Tag Archive 'human history'

Sep 18 2021

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Wildness and Being Human

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What makes us human? Most people living in a civilization of one sort or another assume that being civilized has something to do with it. But those still living beyond the reach of civilization, as hunter/gatherers, are no less human than we are. Being human predates all the trappings modern life. It predates towns, agriculture and all the related social structures. Human beings are, first and foremost, a part of natural world.

I start from this position while delving into what it means to be human in my latest book, Wildness and Being Human. I recount my own relationship to the natural world while tracing the story of humanity from the earliest hominid beginnings to the emergence of global civilization in the Digital Age.

There is a wildness within us all, I think, that civilization has not yet completely destroyed, even though the disconnect between us and the natural world is becoming more pronounced. And this wildness is essential to our humanity.

Along with my experiences in wild places and my thoughts regarding human nature, I touch upon the contributions to this subject made by scores of scientists, social scientists, philosophers and naturalists. One thing is for sure: there are as many different ways to define humanity as there are worldviews. Yet there are certain facts about our nature that we ignore at our peril.

You can acquire a copy of this book by going to the Wood Thrush Books website. It is also available at Amazon.com. While I’m certainly no authority on the subject, I trust that this book will shed new light on the question at hand.

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Jan 28 2020

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What Is Human?

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After nearly a year away from it, I am back to work on my book concerning wildness and being human. That’s a good thing, but I must say that I’m intimidated by the sheer magnitude of the subject. What do we really know about ourselves? What do we know with absolute certainty about our own humanity?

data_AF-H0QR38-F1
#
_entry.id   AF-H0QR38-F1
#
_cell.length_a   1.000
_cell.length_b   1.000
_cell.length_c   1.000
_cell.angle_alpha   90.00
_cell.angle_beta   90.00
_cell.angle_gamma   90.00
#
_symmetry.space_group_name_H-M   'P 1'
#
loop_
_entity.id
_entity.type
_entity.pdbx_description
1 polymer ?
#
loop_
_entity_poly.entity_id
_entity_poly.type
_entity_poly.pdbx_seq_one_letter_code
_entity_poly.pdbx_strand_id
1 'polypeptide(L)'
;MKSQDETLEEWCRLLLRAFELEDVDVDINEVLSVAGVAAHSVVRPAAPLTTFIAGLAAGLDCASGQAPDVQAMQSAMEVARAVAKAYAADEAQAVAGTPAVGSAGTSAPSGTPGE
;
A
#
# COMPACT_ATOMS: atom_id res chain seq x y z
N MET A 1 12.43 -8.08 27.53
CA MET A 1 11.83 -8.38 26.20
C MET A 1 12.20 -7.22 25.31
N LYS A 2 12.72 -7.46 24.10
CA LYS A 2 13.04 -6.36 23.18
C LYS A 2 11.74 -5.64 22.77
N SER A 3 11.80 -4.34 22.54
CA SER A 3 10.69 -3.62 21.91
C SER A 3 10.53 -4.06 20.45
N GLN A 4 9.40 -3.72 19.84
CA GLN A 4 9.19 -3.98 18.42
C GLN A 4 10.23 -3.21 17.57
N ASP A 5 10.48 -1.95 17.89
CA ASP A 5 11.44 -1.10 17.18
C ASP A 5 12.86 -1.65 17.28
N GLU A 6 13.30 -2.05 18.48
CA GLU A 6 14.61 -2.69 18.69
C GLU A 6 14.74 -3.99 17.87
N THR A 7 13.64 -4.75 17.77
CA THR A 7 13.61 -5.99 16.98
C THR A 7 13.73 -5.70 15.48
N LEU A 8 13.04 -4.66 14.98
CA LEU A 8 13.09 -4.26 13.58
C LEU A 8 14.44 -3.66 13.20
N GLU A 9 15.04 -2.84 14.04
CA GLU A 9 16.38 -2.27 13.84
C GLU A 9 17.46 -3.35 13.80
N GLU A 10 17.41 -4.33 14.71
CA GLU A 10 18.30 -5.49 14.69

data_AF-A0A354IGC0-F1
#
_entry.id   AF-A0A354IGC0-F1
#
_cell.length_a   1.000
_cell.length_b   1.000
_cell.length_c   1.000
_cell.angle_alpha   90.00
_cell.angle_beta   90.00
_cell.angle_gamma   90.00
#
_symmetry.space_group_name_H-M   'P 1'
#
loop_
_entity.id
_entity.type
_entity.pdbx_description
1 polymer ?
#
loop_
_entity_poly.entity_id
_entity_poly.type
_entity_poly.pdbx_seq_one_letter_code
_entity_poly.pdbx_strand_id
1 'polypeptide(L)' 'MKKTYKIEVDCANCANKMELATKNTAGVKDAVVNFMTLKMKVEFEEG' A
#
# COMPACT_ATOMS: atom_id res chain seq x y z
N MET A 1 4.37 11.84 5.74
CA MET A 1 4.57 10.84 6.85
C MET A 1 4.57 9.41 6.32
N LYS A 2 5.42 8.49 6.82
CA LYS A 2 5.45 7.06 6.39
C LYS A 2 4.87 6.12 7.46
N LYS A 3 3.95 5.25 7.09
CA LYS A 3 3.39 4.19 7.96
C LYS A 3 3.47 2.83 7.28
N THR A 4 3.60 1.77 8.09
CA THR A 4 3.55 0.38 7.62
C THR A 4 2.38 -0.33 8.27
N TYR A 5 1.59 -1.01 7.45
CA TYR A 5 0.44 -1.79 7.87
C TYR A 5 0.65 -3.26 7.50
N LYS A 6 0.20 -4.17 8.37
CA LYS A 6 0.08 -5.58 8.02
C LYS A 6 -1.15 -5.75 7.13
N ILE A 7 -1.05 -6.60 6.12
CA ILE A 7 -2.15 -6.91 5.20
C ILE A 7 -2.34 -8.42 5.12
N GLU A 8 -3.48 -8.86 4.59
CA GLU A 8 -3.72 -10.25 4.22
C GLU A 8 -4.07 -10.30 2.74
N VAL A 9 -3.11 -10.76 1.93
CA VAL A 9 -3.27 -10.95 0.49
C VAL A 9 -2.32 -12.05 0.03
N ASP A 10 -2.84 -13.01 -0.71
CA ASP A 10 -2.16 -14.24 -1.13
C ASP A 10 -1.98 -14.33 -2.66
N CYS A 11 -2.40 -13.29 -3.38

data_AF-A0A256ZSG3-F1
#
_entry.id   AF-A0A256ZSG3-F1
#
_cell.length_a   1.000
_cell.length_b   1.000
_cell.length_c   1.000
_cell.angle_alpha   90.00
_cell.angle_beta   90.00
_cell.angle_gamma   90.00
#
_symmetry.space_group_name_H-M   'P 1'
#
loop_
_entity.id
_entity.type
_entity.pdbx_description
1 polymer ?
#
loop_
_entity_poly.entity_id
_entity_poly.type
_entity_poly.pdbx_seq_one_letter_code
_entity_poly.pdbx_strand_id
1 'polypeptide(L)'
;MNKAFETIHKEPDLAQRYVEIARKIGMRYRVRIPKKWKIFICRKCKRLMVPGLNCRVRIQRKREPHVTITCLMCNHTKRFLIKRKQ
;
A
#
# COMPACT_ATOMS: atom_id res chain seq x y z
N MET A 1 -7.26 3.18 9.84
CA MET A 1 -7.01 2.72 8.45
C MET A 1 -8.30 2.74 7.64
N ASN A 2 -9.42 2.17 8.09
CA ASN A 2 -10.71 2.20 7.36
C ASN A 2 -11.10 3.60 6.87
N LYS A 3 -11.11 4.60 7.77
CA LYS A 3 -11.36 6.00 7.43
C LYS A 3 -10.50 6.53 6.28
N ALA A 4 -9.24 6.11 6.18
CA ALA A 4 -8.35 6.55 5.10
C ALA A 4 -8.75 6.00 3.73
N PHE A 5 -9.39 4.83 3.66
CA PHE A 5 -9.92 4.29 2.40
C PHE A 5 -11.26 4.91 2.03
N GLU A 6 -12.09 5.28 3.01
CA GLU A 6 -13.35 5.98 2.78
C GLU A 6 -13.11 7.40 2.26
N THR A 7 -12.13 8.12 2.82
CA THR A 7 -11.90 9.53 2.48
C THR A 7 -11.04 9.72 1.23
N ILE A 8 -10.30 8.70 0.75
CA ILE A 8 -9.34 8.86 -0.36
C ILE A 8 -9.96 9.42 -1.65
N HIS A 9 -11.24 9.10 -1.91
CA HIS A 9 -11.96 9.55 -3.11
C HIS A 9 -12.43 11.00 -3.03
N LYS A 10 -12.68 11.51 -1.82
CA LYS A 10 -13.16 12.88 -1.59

To be more specific, where do we stand in relation to nature? No doubt we live in the natural world and have always been a part of it. That much is obvious to anyone who takes paleontology and archaeology the least bit seriously. But when did we become fully human and how did that transformation take place? More importantly, what does it mean to be fully human? The more one delves into this subject, the more mind-boggling it becomes.

I imagine that all this seems rather academic to most people. What relevance could such questions have in the Digital Age? The stone tools and cave art of our distant ancestors seem rather distant indeed. Yet therein lies the key to who/what we are, and what we must do in these dangerous times to preserve our humanity.

I am convinced that the dynamic relationship between wild nature and human nature did not go away when we started building towns and engaging in agriculture on a grand scale. Contrary to what is generally assumed, civilization does not define us. I am also convinced that wildness is an essential part of our humanity. But these things I know on a visceral level, after spending considerable time alone in wild places. Making a convincing case, a rational argument to this effect, is another matter altogether.

I am working on this but it isn’t any easier than trying to understand the meaning of those 30,000-year-old drawings in the Chauvet cave or elsewhere. Were the people who drew them, long before civilization, as human as we are? I believe so, but proving that is turning out to be a much greater challenge than I thought it would be.

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